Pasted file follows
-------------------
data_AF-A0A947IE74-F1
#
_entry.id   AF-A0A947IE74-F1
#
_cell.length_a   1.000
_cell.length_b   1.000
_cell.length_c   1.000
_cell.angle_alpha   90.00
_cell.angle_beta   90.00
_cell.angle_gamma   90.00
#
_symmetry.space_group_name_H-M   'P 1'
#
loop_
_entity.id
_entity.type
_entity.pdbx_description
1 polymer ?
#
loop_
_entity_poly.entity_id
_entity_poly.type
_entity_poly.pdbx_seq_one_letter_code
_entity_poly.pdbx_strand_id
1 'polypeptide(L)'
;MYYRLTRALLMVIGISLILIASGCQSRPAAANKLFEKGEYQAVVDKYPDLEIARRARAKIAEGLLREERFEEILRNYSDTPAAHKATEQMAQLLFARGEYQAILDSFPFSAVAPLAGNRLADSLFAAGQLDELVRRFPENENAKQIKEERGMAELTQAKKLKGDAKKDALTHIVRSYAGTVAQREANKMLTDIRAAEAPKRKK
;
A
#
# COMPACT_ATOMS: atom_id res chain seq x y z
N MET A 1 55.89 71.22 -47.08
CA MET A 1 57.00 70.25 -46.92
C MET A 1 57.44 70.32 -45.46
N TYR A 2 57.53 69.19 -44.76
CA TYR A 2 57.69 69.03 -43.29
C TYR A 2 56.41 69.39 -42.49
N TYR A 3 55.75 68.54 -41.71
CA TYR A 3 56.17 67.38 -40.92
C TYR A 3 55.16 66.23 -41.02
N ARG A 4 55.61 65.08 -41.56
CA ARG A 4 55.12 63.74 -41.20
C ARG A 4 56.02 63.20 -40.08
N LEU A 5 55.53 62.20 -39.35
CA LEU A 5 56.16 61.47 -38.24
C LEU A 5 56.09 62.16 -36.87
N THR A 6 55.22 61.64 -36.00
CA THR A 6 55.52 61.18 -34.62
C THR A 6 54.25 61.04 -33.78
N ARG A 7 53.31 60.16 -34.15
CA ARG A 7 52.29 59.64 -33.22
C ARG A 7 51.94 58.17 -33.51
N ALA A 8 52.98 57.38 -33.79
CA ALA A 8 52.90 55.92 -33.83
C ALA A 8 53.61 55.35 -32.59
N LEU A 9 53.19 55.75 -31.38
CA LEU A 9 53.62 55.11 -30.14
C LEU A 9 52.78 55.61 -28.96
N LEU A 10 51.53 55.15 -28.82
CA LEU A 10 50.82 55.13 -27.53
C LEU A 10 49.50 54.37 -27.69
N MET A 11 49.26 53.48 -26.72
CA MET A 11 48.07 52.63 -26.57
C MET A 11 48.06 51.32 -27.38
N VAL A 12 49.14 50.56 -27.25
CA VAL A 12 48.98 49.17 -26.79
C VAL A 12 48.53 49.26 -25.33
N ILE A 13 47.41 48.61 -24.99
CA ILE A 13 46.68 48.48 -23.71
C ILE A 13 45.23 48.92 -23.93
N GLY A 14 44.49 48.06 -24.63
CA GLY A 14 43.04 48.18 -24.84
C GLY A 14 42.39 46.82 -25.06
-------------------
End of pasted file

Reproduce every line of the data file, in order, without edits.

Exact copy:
data_AF-A0A947IE74-F1
#
_entry.id   AF-A0A947IE74-F1
#
_cell.length_a   1.000
_cell.length_b   1.000
_cell.length_c   1.000
_cell.angle_alpha   90.00
_cell.angle_beta   90.00
_cell.angle_gamma   90.00
#
_symmetry.space_group_name_H-M   'P 1'
#
loop_
_entity.id
_entity.type
_entity.pdbx_description
1 polymer ?
#
loop_
_entity_poly.entity_id
_entity_poly.type
_entity_poly.pdbx_seq_one_letter_code
_entity_poly.pdbx_strand_id
1 'polypeptide(L)'
;MYYRLTRALLMVIGISLILIASGCQSRPAAANKLFEKGEYQAVVDKYPDLEIARRARAKIAEGLLREERFEEILRNYSDTPAAHKATEQMAQLLFARGEYQAILDSFPFSAVAPLAGNRLADSLFAAGQLDELVRRFPENENAKQIKEERGMAELTQAKKLKGDAKKDALTHIVRSYAGTVAQREANKMLTDIRAAEAPKRKK
;
A
#
# COMPACT_ATOMS: atom_id res chain seq x y z
N MET A 1 55.89 71.22 -47.08
CA MET A 1 57.00 70.25 -46.92
C MET A 1 57.44 70.32 -45.46
N TYR A 2 57.53 69.19 -44.76
CA TYR A 2 57.69 69.03 -43.29
C TYR A 2 56.41 69.39 -42.49
N TYR A 3 55.75 68.54 -41.71
CA TYR A 3 56.17 67.38 -40.92
C TYR A 3 55.16 66.23 -41.02
N ARG A 4 55.61 65.08 -41.56
CA ARG A 4 55.12 63.74 -41.20
C ARG A 4 56.02 63.20 -40.08
N LEU A 5 55.53 62.20 -39.35
CA LEU A 5 56.16 61.47 -38.24
C LEU A 5 56.09 62.16 -36.87
N THR A 6 55.22 61.64 -36.00
CA THR A 6 55.52 61.18 -34.62
C THR A 6 54.25 61.04 -33.78
N ARG A 7 53.31 60.16 -34.15
CA ARG A 7 52.29 59.64 -33.22
C ARG A 7 51.94 58.17 -33.51
N ALA A 8 52.98 57.38 -33.79
CA ALA A 8 52.90 55.92 -33.83
C ALA A 8 53.61 55.35 -32.59
N LEU A 9 53.19 55.75 -31.38
CA LEU A 9 53.62 55.11 -30.14
C LEU A 9 52.78 55.61 -28.96
N LEU A 10 51.53 55.15 -28.82
CA LEU A 10 50.82 55.13 -27.53
C LEU A 10 49.50 54.37 -27.69
N MET A 11 49.26 53.48 -26.72
CA MET A 11 48.07 52.63 -26.57
C MET A 11 48.06 51.32 -27.38
N VAL A 12 49.14 50.56 -27.25
CA VAL A 12 48.98 49.17 -26.79
C VAL A 12 48.53 49.26 -25.33
N ILE A 13 47.41 48.61 -24.99
CA ILE A 13 46.68 48.48 -23.71
C ILE A 13 45.23 48.92 -23.93
N GLY A 14 44.49 48.06 -24.63
CA GLY A 14 43.04 48.18 -24.84
C GLY A 14 42.39 46.82 -25.06